I knew that what I wanted to do was my own business. I’m wired in a certain way, and I love to build things. I knew that I wanted to build something much bigger than myself. By then, I understood more of what franchising was a bit. I knew that franchising meant that if I could somehow start a franchise organization, then I would be working with small business owners all across the country.

That’s one thing that I figured out in Corporate America. 1) I don’t want to work in Corporate America. 2) I love small business and working with small business owners. For at least my entire adult life, I’ve always been so fascinated. Anytime I talk to anybody who owns any business or any small business like the company that hangs drywall or a company that manufactures some odd widget that’s used for some small component of a vehicle. I’ve talked with so many different business owners over the years, and every single story is interesting.

Not too long ago, I was on a flight sitting next to a guy who owned a company that made the flavors for flavored vodka. When I talk to these business owners, it makes me feel that anything is possible. You can have a purpose in doing any type of business and have any widget. They can be special in their own way. It speaks to me some of the best parts of life other than family. It speaks to what’s so great about living in our country, where there’s so much opportunity.

I love it. It means everything to me. Outside of family, small business and business ownership are my calling. It’s my tribe. To go back to your original question, franchising meant that I could work with more small business owners. What I did was I started Mosquito Hunters in 2014 as a means of getting out of Corporate America. I did it as a side hustle to start, and I knew that I wanted to start a franchise organization. I wanted to be a franchisor but didn’t know what that meant.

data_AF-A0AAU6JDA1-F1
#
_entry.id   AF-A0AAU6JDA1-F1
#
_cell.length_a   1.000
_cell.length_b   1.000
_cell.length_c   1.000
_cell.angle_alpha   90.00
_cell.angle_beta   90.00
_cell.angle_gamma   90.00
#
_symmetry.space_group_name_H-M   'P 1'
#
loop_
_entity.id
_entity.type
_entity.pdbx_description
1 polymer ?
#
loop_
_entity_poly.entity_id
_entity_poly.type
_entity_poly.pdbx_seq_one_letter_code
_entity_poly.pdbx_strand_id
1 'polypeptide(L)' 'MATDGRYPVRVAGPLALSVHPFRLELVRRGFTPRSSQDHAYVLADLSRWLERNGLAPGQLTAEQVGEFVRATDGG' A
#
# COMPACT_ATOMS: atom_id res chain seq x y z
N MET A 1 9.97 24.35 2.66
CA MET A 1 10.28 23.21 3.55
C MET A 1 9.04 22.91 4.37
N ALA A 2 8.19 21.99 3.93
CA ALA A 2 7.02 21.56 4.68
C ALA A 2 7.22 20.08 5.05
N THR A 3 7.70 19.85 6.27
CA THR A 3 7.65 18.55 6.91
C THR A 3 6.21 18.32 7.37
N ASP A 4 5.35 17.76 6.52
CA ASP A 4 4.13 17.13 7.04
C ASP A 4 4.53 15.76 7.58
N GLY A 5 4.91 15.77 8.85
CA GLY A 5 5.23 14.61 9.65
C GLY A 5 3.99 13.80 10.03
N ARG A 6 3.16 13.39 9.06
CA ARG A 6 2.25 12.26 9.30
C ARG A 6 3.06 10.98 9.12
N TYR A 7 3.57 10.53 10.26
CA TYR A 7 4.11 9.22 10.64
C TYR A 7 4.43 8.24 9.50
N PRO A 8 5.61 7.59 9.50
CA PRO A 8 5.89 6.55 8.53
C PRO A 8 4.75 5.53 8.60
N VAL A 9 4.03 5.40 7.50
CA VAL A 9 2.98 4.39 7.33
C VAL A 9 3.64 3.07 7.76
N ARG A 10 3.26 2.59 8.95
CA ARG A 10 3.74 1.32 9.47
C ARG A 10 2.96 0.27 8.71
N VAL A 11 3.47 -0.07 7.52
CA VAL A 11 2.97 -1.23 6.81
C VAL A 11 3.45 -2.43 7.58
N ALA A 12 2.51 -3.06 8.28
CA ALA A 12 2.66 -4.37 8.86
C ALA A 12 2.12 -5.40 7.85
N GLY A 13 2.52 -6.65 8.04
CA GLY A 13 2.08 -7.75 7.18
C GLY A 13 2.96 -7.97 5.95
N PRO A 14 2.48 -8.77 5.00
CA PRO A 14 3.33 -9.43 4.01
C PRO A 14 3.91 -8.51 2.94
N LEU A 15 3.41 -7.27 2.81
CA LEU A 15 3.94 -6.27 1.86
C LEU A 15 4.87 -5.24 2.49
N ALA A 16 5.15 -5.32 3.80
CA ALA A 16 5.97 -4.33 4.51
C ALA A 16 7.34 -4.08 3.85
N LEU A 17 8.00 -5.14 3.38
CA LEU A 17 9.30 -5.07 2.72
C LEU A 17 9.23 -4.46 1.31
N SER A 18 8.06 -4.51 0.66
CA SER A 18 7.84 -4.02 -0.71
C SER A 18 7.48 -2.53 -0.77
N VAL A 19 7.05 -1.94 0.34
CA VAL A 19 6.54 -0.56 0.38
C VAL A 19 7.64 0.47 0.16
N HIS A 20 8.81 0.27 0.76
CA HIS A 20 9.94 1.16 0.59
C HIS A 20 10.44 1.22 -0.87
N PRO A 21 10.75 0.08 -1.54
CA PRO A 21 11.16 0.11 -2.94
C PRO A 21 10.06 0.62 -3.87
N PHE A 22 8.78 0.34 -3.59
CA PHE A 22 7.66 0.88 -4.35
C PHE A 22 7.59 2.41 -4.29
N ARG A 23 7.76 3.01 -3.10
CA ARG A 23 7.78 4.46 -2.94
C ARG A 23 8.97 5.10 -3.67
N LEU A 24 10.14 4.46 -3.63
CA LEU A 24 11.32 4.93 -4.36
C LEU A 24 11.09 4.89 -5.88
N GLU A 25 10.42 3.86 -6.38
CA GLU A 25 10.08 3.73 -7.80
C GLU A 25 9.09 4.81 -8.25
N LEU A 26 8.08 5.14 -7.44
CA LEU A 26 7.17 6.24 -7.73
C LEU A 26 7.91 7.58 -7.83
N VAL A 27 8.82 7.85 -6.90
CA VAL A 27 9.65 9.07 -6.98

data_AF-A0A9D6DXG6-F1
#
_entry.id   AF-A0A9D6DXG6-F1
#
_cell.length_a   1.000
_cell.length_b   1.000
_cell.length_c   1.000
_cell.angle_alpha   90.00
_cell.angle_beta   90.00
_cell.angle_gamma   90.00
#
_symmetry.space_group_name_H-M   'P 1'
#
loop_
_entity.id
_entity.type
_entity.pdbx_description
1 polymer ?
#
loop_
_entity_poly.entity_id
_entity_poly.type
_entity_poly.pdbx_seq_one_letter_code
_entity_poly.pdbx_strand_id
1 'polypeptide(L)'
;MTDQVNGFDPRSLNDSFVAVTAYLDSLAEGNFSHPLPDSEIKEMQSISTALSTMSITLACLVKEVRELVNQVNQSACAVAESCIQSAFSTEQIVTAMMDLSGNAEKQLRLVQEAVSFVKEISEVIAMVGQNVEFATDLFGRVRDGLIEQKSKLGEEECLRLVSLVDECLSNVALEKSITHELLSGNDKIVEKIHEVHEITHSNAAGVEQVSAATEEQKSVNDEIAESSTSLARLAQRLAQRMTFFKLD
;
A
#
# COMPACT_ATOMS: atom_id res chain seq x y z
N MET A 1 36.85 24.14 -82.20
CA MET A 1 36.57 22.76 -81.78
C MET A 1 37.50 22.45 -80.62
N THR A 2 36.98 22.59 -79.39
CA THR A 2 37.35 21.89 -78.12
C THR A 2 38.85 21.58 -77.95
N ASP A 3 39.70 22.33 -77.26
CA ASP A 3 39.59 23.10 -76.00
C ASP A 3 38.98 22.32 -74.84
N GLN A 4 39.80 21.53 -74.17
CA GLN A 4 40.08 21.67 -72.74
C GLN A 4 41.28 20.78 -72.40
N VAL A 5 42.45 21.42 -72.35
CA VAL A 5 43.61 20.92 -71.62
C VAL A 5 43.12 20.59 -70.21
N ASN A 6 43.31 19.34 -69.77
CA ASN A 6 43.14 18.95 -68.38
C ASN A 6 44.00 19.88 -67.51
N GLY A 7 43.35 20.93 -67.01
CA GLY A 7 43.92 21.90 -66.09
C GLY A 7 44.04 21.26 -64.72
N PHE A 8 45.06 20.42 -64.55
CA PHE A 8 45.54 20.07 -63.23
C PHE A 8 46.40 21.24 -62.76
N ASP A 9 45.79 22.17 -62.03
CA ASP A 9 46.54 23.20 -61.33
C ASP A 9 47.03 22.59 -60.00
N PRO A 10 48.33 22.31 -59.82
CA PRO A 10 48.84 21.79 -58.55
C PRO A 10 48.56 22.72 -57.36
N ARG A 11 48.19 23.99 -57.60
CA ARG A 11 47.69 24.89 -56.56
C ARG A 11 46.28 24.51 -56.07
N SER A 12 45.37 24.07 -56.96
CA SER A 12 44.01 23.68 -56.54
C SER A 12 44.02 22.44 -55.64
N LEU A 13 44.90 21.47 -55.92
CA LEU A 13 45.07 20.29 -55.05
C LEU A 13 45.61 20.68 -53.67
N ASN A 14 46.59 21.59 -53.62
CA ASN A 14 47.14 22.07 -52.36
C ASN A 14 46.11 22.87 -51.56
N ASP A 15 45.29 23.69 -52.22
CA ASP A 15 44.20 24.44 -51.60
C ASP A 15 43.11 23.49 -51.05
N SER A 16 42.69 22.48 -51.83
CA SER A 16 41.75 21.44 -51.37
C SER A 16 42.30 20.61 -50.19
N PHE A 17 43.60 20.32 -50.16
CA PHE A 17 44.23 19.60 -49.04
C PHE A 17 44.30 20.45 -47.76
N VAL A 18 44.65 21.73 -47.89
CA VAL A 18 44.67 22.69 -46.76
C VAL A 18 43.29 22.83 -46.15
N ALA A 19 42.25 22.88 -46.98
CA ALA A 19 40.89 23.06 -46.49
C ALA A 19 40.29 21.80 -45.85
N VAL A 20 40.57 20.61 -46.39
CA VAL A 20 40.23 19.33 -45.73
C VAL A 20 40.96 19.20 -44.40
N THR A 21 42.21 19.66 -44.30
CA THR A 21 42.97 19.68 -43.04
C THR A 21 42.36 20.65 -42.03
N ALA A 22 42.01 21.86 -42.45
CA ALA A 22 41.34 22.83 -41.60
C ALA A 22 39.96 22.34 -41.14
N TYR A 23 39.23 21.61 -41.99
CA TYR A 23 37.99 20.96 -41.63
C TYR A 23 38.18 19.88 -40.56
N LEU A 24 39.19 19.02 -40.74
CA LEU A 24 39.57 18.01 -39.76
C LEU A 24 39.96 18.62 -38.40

I had to get an education on the fly as I was also starting the Mosquito Hunters business and also keeping my day job in Corporate America so I could pay the bills. I did a lot of late-night Google searching. There wasn’t any formal education that I could find at that time on how I could formally work my way into the industry. What I did find was there was a magazine out there called Franchise Times, which is still in existence. They’re still huge in the franchising world. I found their website. I subscribed to their magazine. The first issue shows up at the beginning of 2014.

I read it cover to cover. That was the beginning of my education in franchising. I saw in that magazine that there was an article from Dina Dwyer-Owens of Neighborly, now the Dwyer Group. Something caught my attention in that article, and I thought, “I need to talk to this woman.” I don’t know why, but I want to share my story with her. I want to let her know what I have in mind for Mosquito Hunters and see what happens. I got on the phone with Neighborly, then the Dwyer Group. I went through some hoops. I eventually got to Dina’s personal assistant, who’s doing a good job as a gatekeeper. She had many questions for me and made sure I wasn’t going to waste anybody’s time.

I explained I have this company and we’re getting started. We’re here in Chicago. I see that there are 1 or 2 other players in this space in mosquito control on a national level. I know that this is a problem. Anecdotally, in my life, mosquitoes have always been a problem. I can’t remember how many conversations I’ve had in my life with people who’ve been feeling the wrath and scourge of mosquitoes, how it can ruin a good time, etc.

There’s a need. The market wants this. I’m already getting a powerful reaction from our market here locally in Chicago. There’s opportunity. There should be multiple players. There will be multiple players nationally in this space. Why not Mosquito Hunters? Why can’t we be one of them? That was what was driving me. I ended up getting on the phone with Dina. We had a great call.